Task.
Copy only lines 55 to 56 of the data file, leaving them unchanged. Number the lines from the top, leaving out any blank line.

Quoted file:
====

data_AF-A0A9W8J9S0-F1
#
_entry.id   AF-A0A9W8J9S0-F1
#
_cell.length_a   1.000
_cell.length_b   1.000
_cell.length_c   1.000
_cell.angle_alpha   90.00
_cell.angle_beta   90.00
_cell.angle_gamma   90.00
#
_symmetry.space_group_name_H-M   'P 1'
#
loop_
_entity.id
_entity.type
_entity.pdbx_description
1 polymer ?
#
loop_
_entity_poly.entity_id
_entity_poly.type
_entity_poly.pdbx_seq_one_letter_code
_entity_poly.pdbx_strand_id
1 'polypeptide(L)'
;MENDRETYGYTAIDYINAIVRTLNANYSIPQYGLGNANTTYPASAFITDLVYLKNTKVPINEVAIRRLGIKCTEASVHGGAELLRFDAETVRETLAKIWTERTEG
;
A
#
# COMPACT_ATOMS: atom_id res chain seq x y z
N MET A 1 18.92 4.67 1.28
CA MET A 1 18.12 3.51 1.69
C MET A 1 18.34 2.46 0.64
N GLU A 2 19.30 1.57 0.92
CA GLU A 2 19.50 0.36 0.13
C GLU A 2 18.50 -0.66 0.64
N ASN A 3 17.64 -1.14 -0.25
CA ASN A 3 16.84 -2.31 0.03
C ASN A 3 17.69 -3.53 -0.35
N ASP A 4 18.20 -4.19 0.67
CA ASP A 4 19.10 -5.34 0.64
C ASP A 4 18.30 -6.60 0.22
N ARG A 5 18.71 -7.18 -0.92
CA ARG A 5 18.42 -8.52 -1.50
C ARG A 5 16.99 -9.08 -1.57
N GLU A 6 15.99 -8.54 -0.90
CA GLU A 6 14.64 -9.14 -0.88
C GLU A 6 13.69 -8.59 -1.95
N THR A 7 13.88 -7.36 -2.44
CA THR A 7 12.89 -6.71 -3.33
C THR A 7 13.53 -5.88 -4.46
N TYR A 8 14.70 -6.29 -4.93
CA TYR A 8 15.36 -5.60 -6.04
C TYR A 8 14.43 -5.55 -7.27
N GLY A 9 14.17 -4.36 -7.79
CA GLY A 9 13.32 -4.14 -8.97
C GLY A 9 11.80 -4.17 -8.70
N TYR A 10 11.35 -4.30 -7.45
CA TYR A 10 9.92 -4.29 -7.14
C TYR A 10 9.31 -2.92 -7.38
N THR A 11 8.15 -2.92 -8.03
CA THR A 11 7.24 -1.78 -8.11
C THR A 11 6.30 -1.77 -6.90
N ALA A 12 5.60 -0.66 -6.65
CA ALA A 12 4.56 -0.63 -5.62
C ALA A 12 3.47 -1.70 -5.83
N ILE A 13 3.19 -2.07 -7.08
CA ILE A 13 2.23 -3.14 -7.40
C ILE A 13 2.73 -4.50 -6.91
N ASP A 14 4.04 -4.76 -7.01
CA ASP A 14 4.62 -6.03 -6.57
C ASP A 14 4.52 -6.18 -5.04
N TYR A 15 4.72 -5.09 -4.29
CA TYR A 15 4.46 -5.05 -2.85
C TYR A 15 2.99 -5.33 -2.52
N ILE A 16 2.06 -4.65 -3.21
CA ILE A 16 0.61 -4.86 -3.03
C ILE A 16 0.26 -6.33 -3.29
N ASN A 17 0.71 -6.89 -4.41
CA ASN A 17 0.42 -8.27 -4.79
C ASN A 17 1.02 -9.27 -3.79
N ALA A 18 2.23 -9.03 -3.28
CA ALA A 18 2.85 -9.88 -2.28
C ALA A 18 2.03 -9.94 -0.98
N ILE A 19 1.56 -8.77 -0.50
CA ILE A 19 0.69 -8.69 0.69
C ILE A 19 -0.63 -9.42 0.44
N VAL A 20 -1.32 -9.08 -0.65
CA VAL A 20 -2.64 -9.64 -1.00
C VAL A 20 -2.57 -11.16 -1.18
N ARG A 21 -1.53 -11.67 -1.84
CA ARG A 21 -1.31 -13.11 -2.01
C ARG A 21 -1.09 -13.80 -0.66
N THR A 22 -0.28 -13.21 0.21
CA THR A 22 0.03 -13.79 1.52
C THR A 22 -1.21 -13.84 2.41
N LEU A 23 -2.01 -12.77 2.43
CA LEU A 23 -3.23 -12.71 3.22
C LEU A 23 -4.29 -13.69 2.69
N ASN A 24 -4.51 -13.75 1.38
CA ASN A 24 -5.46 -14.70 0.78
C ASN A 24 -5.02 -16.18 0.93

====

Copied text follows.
N GLY A 9 14.17 -4.36 -7.79
CA GLY A 9 13.32 -4.14 -8.97